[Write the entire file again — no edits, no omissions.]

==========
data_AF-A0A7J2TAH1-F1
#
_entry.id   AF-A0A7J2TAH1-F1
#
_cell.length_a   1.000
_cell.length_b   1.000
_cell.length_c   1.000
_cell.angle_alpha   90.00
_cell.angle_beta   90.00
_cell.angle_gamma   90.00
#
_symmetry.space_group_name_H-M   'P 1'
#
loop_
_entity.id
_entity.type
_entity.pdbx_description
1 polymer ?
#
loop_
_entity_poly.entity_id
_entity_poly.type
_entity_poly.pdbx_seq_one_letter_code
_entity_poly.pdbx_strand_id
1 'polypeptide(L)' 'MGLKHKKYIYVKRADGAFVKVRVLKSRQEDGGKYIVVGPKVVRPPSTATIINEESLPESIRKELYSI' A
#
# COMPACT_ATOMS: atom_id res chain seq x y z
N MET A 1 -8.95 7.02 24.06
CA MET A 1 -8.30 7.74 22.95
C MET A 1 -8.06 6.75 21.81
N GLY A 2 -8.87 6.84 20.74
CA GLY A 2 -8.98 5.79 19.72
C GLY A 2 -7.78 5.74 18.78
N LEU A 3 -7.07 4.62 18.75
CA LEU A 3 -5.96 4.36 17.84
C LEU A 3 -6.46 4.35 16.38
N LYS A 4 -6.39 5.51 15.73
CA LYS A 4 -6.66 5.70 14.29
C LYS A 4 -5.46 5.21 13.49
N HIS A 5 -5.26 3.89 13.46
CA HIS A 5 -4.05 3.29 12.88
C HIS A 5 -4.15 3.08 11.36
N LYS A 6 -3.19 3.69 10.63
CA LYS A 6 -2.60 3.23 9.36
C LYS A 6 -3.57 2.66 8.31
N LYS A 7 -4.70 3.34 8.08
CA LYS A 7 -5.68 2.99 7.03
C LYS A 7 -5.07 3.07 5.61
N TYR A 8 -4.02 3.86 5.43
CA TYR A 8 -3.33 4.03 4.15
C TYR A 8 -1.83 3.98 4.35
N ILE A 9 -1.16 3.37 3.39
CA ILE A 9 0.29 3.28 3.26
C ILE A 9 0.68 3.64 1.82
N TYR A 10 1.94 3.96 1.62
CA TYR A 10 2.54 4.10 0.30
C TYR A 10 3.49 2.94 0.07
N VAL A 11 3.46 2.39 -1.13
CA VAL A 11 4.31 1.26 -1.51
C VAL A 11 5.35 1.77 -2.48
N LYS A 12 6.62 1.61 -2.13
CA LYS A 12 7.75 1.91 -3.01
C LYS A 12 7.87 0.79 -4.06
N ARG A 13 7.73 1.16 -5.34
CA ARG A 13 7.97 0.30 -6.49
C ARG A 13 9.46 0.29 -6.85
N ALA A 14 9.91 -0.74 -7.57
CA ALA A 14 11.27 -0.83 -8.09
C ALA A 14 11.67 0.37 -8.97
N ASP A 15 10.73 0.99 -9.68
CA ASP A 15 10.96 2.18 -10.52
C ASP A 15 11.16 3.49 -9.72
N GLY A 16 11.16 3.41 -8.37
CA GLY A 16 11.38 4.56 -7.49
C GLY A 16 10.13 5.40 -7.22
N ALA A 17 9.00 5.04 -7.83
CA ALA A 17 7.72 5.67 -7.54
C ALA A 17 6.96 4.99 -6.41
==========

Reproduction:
data_AF-A0A7J2TAH1-F1
#
_entry.id   AF-A0A7J2TAH1-F1
#
_cell.length_a   1.000
_cell.length_b   1.000
_cell.length_c   1.000
_cell.angle_alpha   90.00
_cell.angle_beta   90.00
_cell.angle_gamma   90.00
#
_symmetry.space_group_name_H-M   'P 1'
#
loop_
_entity.id
_entity.type
_entity.pdbx_description
1 polymer ?
#
loop_
_entity_poly.entity_id
_entity_poly.type
_entity_poly.pdbx_seq_one_letter_code
_entity_poly.pdbx_strand_id
1 'polypeptide(L)' 'MGLKHKKYIYVKRADGAFVKVRVLKSRQEDGGKYIVVGPKVVRPPSTATIINEESLPESIRKELYSI' A
#
# COMPACT_ATOMS: atom_id res chain seq x y z
N MET A 1 -8.95 7.02 24.06
CA MET A 1 -8.30 7.74 22.95
C MET A 1 -8.06 6.75 21.81
N GLY A 2 -8.87 6.84 20.74
CA GLY A 2 -8.98 5.79 19.72
C GLY A 2 -7.78 5.74 18.78
N LEU A 3 -7.07 4.62 18.75
CA LEU A 3 -5.96 4.36 17.84
C LEU A 3 -6.46 4.35 16.38
N LYS A 4 -6.39 5.51 15.73
CA LYS A 4 -6.66 5.70 14.29
C LYS A 4 -5.46 5.21 13.49
N HIS A 5 -5.26 3.89 13.46
CA HIS A 5 -4.05 3.29 12.88
C HIS A 5 -4.15 3.08 11.36
N LYS A 6 -3.19 3.69 10.63
CA LYS A 6 -2.60 3.23 9.36
C LYS A 6 -3.57 2.66 8.31
N LYS A 7 -4.70 3.34 8.08
CA LYS A 7 -5.68 2.99 7.03
C LYS A 7 -5.07 3.07 5.61
N TYR A 8 -4.02 3.86 5.43
CA TYR A 8 -3.33 4.03 4.15
C TYR A 8 -1.83 3.98 4.35
N ILE A 9 -1.16 3.37 3.39
CA ILE A 9 0.29 3.28 3.26
C ILE A 9 0.68 3.64 1.82
N TYR A 10 1.94 3.96 1.62
CA TYR A 10 2.54 4.10 0.30
C TYR A 10 3.49 2.94 0.07
N VAL A 11 3.46 2.39 -1.13
CA VAL A 11 4.31 1.26 -1.51
C VAL A 11 5.35 1.77 -2.48
N LYS A 12 6.62 1.61 -2.13
CA LYS A 12 7.75 1.91 -3.01
C LYS A 12 7.87 0.79 -4.06
N ARG A 13 7.73 1.16 -5.34
CA ARG A 13 7.97 0.30 -6.49
C ARG A 13 9.46 0.29 -6.85
N ALA A 14 9.91 -0.74 -7.57
CA ALA A 14 11.27 -0.83 -8.09
C ALA A 14 11.67 0.37 -8.97
N ASP A 15 10.73 0.99 -9.68
CA ASP A 15 10.96 2.18 -10.52
C ASP A 15 11.16 3.49 -9.72
N GLY A 16 11.16 3.41 -8.37
CA GLY A 16 11.38 4.56 -7.49
C GLY A 16 10.13 5.40 -7.22
N ALA A 17 9.00 5.04 -7.83
CA ALA A 17 7.72 5.67 -7.54
C ALA A 17 6.96 4.99 -6.41